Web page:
25 July, 2009

Turner's 3 Laws and Housing Microfinance

“THE MOST COMMON OBJECTION to changes in public policy which would increase a user’s control of housing at the expense of centralized institutions is that standards would be lowered as a result. The standards the objectors have in mind, however, are not something that can be achieved with available resources, but, rather, represent the objector’s own notion of what housing ought to be.”
- John Turner, Freedom to Build

John F. C. Turner is one of the founding pillars of what has come to be known as the support (or enablement) paradigm of housing. Based on extensive experience and research, Turner introduced a whole new philosophy of housing in his books Freedom to Build and Housing By People: Towards autonomy in building environments. What made Turner’s approach radical was that he was able to view and describe housing from the point of view of the dweller, rather than that of the policy maker, housing expert or program designer. When seen from the point of view of the low-income earning dweller, housing decisions that seemed completely uninformed or illogical from the perspective of the social elite make perfect sense in the context of the household’s livelihood strategy and framework. Although his writing is now over 30 years old and predates the emergence of microfinance, Turner’s thought has significant relevance to housing microfinance for households around the poverty line.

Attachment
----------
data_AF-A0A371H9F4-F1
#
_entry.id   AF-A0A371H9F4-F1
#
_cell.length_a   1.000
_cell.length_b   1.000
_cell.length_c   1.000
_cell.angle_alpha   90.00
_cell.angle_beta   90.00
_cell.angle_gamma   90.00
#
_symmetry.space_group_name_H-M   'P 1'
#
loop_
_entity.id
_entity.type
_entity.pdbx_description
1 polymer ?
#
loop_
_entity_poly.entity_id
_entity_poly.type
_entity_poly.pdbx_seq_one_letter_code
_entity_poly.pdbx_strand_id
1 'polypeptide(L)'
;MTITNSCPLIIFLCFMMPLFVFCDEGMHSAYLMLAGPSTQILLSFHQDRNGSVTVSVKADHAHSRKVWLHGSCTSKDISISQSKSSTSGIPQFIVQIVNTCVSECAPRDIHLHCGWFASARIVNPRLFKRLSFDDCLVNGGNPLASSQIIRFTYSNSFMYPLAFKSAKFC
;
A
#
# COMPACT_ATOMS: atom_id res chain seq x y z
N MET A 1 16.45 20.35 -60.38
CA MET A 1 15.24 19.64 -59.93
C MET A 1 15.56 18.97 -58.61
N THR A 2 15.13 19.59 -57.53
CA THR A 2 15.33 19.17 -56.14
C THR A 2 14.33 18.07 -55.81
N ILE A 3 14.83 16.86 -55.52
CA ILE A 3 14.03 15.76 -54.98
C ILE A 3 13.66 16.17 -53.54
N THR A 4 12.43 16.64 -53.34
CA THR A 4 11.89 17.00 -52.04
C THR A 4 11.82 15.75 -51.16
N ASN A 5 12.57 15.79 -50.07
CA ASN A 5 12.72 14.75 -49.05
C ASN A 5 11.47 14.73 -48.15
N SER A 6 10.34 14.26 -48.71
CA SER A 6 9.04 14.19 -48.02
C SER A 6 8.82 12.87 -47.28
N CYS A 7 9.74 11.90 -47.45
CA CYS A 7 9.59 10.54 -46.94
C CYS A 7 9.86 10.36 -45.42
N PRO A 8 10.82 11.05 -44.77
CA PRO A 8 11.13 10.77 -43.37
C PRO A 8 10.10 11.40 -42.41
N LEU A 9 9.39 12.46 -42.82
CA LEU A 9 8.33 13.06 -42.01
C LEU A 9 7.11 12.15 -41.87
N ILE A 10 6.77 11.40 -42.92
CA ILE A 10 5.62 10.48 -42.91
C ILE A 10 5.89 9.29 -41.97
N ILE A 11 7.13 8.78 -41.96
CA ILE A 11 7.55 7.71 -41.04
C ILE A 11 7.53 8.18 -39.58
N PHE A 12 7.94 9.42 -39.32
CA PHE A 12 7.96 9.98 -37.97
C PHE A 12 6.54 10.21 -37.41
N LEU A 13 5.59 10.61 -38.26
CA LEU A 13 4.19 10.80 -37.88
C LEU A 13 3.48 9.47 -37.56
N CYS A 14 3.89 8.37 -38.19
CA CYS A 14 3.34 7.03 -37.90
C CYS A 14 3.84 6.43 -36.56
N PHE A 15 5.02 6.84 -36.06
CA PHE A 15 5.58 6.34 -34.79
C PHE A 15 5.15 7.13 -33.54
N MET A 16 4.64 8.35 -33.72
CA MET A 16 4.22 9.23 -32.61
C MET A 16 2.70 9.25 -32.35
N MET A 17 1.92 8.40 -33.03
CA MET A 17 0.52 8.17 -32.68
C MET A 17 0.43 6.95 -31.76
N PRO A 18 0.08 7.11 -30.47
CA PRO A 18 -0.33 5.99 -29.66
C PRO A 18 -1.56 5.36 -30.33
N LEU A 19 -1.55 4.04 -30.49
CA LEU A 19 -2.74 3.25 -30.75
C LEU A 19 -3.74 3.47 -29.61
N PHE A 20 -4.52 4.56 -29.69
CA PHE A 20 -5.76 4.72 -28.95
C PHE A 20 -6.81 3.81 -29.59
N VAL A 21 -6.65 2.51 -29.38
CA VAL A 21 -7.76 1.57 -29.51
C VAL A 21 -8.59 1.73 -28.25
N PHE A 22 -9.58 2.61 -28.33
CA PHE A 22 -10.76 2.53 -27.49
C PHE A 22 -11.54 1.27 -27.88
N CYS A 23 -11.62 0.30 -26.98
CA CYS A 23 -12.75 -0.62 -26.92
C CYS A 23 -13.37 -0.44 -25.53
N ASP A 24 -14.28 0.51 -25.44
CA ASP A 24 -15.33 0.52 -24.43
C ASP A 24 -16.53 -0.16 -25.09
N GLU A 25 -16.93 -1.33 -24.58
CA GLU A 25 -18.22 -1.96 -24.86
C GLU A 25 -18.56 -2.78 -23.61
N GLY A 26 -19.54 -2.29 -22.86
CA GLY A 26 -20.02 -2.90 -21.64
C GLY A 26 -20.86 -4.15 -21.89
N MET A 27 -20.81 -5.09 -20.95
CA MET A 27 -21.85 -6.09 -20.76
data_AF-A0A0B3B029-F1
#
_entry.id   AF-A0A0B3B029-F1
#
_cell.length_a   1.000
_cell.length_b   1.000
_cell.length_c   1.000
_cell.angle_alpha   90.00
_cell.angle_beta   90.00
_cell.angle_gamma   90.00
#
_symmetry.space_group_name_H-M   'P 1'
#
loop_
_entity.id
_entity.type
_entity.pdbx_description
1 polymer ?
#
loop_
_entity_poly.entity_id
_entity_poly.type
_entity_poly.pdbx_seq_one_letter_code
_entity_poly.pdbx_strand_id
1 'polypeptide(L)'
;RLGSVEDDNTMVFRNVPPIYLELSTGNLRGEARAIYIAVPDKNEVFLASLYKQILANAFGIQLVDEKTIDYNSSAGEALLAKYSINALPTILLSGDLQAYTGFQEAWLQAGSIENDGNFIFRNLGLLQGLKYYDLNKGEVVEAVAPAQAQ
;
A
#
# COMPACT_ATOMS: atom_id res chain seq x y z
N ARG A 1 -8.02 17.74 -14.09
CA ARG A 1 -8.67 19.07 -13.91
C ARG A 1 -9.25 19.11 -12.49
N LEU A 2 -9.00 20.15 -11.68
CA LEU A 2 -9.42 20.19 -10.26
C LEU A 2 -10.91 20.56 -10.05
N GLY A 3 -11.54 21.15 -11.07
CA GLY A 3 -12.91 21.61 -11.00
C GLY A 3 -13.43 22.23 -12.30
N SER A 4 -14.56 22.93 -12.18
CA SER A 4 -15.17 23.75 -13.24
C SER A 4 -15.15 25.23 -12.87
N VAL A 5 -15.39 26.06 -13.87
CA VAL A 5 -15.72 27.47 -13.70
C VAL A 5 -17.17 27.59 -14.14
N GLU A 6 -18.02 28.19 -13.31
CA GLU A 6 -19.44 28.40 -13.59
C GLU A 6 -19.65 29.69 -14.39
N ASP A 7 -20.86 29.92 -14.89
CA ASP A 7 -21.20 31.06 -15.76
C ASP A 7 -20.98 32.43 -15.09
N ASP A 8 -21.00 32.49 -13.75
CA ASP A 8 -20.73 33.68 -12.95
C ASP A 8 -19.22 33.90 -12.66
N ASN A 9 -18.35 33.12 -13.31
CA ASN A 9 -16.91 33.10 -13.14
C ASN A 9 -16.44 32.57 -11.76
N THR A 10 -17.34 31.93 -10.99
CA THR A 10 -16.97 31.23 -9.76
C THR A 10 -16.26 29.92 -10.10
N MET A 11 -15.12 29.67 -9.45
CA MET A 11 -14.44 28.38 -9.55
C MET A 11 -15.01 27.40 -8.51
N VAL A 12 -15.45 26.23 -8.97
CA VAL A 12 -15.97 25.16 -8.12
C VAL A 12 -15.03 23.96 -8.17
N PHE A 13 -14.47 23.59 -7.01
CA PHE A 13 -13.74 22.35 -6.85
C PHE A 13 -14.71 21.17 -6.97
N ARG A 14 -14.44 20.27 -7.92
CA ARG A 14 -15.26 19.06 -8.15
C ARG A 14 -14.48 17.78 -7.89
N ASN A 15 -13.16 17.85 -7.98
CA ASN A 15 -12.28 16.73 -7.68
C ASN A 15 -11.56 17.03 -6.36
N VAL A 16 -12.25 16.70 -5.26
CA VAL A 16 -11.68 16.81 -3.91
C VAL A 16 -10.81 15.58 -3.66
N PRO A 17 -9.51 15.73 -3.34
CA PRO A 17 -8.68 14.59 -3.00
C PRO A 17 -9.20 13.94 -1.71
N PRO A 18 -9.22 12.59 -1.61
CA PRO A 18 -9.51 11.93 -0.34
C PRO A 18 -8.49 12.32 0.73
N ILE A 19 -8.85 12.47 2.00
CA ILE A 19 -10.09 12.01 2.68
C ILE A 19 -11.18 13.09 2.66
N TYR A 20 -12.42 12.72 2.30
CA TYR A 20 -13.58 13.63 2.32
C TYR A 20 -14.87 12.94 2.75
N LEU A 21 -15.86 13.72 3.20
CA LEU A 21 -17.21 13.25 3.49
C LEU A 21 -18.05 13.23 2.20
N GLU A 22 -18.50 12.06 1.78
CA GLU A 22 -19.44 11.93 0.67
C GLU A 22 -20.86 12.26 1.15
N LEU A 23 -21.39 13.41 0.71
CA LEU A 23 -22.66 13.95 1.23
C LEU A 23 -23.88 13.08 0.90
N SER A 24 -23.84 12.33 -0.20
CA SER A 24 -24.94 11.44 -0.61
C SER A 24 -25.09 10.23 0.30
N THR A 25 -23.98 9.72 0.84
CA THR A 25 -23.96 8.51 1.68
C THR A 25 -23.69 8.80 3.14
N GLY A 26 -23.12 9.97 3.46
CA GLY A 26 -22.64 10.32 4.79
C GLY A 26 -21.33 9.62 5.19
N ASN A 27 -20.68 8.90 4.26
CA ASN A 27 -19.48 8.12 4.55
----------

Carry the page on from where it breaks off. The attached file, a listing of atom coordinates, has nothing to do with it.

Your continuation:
In his introduction to Housing by People: Towards autonomy in building environments, Colin Ward presented what he described as Turner’s three laws of housing, with which he summarized the essence of Turner’s writing and thought. [2] I find these “three laws” to be both true and relevant in housing microfinance design. The following is a paraphrase of Turner’s laws:

Turner’s First Law: When dwellers control their housing process, it is better for them and the housing environment.

Turner’s Second Law: The important thing about a house is what it does in the life of the dwellers rather than what it physically is.

Turner’s Third Law: Dwellers can tolerate or accept a problem with their housing much more readily if it was a result of their own action or choice as opposed to that of another.

Traditional housing programs tend to focus on the provision of “low cost houses.” (Low cost often appears to be in relation to the income of the program designers and funders rather than to the actual affordability for people below or near the poverty line.) In such programs, there is a focus on the features of the house being provided. Critical housing choices of design, location, costs and delivery are made by the program designers. Although there is sometimes “consultation” with some representatives of the target group, the ultimate housing choice that is made by the individual participant households often revolves around whether or not to participate on the provider's terms. This type of housing program stems from what that designers believe housing ought to be.